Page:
Since the explosion of sustainability movements across the world, companies have released corporate responsibility reports often with a section on how they plan to protect the environment for future generations.
Intel has outlined several sustainability goals for the two new factories. These goals include aiming to run on 100% renewable energy, meeting exceptional water conservation standards and sending zero waste to landfills by 2030.
“I’m not saying that Intel cannot do it — definitely they can if they wanted to. The problem is, at the end of the day, it kind of gets back to money,” Omid Bagheri, Ph.D., professor of economics at Kent State University told Climate360. “Although expensive, there are ways … but if that happens in the future, we have to wait and see.”
Cathy Cowan Becker, executive director of the sustainability organization Simply Living, in Columbus, Ohio, said she was closely watching the situation because of concerns about energy and water use.
“This plant is projected to use five million gallons of water a day, and they say that they can treat and recycle almost all of that water … [but] I mean, five million gallons a day is a lot of water” she told Climate360.
Cowan Becker has a lot of questions about how Intel can keep its water use efficient. Given how water is used in other industries, she wishes Intel would be more transparent about how it intends to recycle it.
“Fracking uses a lot of water; that water cannot be released. It is ejected into ejection wells and put underground because it is laced with so many chemicals, it cannot be used. How is the chip manufacturing process different?” she asked.
Transparency surrounding sustainability efforts may be difficult because the new Intel factories represent a huge investment into central Ohio that will bring jobs and income to the state. The plan fully built out could become a $100 billion investment and the largest semiconductor manufacturing site in the world. This is especially important at a time of global chip shortage due to the COVID-19 pandemic.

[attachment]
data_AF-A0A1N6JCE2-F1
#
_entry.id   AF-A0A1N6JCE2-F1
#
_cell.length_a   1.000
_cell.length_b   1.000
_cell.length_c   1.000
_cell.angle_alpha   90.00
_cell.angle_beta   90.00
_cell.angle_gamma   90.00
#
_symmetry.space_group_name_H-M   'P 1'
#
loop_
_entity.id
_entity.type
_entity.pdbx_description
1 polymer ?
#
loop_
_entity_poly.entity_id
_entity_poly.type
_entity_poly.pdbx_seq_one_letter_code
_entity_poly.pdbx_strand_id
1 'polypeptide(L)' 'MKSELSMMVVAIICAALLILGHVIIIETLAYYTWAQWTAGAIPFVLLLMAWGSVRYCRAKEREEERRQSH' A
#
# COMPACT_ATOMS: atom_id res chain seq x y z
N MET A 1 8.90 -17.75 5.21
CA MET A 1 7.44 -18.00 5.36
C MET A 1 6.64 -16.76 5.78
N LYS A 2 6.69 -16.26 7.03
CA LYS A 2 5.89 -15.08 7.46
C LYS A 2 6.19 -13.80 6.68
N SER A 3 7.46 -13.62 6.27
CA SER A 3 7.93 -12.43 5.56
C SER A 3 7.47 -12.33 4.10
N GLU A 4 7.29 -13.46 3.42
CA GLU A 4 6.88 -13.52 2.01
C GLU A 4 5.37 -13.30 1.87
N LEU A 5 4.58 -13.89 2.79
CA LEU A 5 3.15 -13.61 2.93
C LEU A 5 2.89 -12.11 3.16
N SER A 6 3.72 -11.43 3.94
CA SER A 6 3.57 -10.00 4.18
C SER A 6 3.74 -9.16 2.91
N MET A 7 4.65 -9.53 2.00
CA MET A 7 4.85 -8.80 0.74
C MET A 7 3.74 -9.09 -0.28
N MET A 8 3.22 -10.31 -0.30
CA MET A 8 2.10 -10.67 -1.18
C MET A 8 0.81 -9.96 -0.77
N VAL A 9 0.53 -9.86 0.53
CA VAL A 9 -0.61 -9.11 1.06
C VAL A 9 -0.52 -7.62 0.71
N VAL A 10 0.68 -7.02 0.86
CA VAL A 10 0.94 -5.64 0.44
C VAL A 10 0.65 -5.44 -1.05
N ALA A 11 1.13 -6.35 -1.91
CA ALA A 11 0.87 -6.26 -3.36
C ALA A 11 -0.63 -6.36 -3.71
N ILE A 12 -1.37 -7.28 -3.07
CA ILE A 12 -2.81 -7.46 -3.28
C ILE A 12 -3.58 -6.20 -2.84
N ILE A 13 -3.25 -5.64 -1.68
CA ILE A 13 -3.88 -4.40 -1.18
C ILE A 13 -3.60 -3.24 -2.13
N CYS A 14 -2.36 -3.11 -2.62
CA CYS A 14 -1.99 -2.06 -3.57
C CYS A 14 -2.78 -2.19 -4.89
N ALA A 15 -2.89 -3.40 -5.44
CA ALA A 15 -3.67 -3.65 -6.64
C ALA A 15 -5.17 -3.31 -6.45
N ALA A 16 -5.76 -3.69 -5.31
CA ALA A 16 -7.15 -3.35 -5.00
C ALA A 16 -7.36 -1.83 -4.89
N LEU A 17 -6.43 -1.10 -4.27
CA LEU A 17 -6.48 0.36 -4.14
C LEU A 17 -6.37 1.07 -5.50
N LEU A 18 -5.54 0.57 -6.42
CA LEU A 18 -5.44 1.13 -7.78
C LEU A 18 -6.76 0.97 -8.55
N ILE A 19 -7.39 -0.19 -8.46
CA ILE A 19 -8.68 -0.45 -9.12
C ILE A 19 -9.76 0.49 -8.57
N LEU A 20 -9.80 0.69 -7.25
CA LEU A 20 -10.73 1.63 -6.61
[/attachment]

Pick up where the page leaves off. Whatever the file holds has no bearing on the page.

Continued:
Chips, also known as semiconductors, are essential in many products. In addition to computers and smartphones, Intel chips are also used in cars, medical equipment, military defense systems and other items.
For Ohio to attract a large company like Intel, the state’s government likely had to provide numerous benefits such as tax exemptions and exemptions from certain regulations to edge out other competing areas.
“They want to maximize their profit. That’s the whole goal at the end of the day, right? So, what is in it for the state of Ohio, or any other state that offers them so many crazy benefits and crazy exemptions to make sure that they can attract them and bring them to their state? One word: employment,” Bagheri said.
Cowan Becker worries that Ohio may have compromised too much on environmental regulations in order to attract jobs.
“The sort of concerning thing about some of the stories I read is that one of the reasons they chose Ohio was a sympathetic regulatory process, like they kept saying that we don’t have the same regulations on the environment here as they do in, say, California,” she said.
Intel said it will keep working to meet its sustainability goals. In an email with Climate360, Fawn Bergen, Intel corporate sustainability manager, tried to reassure skeptics that Intel is committed to the goals laid out in its corporate responsibility report.
“Intel has demonstrated its commitment to sustainability and corporate responsibility for more than two decades, through setting and achieving ambitious goals, leading industry-initiatives for voluntary environmental impact reductions and being transparent about our successes as well as challenges,” she said. “We recognize the incredible importance of building trust with our communities and look forward to establishing and growing relationships with local Ohio community members.”
Bagheri said that while Intel has made ambitious goals for themselves, the only way to be sure they will deliver on their promises is through increased government oversight.
“Governments are the regulatory arm that can push companies and businesses to just play by some rules and make sure nothing bad is going to happen to the Earth or the environment,” he said. “Governments are supposed to be people’s representatives.”
Bagheri added that the only way for individuals to have an impact in getting meaningful environmental regulation is by applying pressure on the government.
“The only thing that we people can do is just pushing the government… Imagine every single person who lives in Ohio is just going on a street or writing or signing a letter asking for something. They cannot just ignore it — they have to do something about it.”